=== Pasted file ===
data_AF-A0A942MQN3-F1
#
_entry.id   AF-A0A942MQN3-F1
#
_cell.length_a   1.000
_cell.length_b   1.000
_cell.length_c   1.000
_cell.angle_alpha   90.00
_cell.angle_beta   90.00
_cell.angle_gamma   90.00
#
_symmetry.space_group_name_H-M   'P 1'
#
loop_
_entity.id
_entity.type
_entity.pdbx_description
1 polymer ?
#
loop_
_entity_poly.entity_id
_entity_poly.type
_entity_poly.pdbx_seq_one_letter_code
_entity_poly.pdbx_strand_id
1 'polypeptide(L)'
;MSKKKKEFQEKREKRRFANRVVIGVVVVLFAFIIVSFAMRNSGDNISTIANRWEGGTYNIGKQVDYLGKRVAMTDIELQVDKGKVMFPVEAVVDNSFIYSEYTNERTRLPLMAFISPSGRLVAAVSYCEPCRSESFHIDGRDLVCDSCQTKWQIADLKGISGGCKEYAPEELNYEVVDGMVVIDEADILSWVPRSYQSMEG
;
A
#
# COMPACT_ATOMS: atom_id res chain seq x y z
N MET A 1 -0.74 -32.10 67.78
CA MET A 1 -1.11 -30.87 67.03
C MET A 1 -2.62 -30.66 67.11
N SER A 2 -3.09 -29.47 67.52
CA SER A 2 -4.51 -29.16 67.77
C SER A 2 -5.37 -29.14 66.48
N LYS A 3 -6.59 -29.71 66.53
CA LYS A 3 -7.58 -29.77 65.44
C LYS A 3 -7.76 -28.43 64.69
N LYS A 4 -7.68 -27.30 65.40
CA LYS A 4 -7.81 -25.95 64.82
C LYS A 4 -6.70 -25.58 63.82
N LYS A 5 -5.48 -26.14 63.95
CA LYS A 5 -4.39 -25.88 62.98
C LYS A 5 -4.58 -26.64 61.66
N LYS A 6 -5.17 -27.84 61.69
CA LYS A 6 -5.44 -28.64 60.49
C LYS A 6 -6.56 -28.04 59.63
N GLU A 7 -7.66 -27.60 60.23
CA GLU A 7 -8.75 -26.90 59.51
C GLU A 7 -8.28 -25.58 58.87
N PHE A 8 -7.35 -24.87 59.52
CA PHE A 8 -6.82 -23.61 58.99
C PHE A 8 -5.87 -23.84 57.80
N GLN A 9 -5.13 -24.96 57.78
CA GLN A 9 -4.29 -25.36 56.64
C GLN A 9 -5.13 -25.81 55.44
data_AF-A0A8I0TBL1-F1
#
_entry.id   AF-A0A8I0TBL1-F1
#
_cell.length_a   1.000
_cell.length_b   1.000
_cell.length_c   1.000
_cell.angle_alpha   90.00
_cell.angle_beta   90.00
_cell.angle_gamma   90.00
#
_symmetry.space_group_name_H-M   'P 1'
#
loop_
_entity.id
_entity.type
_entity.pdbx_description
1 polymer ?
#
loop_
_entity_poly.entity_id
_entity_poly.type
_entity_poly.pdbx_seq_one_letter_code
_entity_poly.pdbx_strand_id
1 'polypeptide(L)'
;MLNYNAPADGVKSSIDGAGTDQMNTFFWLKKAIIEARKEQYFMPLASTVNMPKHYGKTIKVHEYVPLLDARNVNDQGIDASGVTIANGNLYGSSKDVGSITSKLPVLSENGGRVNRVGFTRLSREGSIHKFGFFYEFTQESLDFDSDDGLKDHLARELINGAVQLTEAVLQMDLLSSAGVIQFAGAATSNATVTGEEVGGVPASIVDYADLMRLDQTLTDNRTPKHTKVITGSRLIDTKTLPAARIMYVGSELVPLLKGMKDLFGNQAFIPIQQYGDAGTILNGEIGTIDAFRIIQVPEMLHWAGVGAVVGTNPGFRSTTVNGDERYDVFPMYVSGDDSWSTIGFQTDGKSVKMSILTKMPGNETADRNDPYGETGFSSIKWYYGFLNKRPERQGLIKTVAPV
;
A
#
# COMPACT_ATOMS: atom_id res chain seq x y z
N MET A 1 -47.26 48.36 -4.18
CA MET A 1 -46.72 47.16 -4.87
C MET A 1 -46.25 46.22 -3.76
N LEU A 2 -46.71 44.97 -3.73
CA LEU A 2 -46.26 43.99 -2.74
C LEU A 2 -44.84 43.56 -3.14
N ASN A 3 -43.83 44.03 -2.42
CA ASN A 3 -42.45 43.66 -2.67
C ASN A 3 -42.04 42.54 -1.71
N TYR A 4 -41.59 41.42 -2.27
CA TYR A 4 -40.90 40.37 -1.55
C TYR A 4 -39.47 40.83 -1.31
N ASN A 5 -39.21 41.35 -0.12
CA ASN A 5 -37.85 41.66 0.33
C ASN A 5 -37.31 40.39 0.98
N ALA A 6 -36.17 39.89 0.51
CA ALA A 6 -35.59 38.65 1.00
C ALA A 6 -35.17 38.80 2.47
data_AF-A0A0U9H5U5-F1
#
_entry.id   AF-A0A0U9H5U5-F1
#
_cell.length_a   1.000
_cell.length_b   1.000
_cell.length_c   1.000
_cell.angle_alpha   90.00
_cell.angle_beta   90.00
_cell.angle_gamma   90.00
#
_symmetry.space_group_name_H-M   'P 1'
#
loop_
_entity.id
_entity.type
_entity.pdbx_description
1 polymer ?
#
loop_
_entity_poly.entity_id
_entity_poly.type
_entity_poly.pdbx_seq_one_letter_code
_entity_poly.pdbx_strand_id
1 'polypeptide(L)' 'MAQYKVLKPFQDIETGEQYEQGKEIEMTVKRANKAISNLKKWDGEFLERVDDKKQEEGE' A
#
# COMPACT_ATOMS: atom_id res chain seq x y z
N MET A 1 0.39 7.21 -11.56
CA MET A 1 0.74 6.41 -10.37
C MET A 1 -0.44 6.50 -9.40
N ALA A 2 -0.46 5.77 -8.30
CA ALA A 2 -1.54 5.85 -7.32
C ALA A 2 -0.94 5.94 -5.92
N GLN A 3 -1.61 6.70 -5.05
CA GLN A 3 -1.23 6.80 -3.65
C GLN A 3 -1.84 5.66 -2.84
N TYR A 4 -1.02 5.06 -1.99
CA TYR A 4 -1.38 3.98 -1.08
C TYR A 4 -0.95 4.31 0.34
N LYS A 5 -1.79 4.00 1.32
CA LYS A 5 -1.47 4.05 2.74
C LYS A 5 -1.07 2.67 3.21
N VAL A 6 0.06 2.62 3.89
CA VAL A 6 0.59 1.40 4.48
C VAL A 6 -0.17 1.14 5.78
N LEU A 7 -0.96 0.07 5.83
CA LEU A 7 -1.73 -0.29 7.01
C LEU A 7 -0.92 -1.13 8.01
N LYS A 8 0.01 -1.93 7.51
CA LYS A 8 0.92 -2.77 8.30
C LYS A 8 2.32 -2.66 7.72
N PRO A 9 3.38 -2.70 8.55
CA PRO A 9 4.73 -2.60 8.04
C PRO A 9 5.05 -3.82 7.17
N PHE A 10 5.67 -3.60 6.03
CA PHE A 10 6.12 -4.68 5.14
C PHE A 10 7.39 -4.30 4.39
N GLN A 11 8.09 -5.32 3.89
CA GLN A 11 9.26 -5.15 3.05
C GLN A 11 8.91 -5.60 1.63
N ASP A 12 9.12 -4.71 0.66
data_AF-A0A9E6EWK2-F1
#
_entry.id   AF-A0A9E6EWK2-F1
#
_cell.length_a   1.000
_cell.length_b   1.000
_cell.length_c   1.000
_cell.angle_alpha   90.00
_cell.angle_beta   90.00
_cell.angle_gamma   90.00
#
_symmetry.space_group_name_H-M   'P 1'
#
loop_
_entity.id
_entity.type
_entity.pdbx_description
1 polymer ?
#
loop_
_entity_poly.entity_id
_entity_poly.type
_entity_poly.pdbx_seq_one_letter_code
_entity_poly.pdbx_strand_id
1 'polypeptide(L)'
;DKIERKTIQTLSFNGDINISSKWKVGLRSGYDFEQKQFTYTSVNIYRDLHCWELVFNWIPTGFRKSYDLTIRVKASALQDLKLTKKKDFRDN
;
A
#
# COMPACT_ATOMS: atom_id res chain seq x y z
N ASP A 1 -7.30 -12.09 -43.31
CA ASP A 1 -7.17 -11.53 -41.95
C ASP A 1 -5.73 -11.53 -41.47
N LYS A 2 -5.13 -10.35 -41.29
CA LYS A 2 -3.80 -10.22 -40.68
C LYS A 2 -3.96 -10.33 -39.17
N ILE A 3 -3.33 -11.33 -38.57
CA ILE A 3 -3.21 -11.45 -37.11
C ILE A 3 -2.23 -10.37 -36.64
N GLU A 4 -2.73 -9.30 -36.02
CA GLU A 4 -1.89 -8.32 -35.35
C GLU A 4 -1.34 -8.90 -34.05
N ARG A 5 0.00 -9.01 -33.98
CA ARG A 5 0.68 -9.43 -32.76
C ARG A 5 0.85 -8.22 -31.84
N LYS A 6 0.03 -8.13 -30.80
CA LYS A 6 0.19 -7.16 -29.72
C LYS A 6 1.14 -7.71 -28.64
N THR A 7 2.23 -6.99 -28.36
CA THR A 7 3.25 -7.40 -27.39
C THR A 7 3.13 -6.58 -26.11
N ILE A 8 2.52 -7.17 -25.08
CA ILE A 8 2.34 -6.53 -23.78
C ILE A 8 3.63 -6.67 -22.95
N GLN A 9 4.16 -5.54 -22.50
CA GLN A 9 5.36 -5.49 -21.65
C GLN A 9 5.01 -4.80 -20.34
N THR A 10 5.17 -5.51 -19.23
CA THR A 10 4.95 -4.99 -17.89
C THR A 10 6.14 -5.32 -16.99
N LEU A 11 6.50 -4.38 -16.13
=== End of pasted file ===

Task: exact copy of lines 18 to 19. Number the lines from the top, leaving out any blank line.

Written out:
1 polymer ?
#